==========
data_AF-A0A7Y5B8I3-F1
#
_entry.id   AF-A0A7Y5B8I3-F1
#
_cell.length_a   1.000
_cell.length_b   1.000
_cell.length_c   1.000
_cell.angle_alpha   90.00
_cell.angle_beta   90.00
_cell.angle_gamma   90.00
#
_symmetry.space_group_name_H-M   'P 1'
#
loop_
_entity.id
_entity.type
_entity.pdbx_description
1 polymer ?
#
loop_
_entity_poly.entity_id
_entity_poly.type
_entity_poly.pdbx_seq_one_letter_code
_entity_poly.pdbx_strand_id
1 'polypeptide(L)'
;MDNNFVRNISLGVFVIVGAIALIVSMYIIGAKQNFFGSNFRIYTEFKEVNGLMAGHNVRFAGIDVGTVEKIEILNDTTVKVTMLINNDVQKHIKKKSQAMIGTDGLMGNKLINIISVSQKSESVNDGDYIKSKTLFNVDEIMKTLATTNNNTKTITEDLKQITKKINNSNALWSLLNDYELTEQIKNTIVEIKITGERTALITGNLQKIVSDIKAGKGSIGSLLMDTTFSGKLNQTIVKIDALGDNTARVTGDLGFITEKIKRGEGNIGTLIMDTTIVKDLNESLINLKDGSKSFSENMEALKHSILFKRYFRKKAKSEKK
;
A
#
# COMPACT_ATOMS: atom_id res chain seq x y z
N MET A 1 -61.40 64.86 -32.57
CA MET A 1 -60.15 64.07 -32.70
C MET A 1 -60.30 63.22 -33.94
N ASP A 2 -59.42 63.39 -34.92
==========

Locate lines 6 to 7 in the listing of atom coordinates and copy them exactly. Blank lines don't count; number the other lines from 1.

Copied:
_cell.length_b   1.000
_cell.length_c   1.000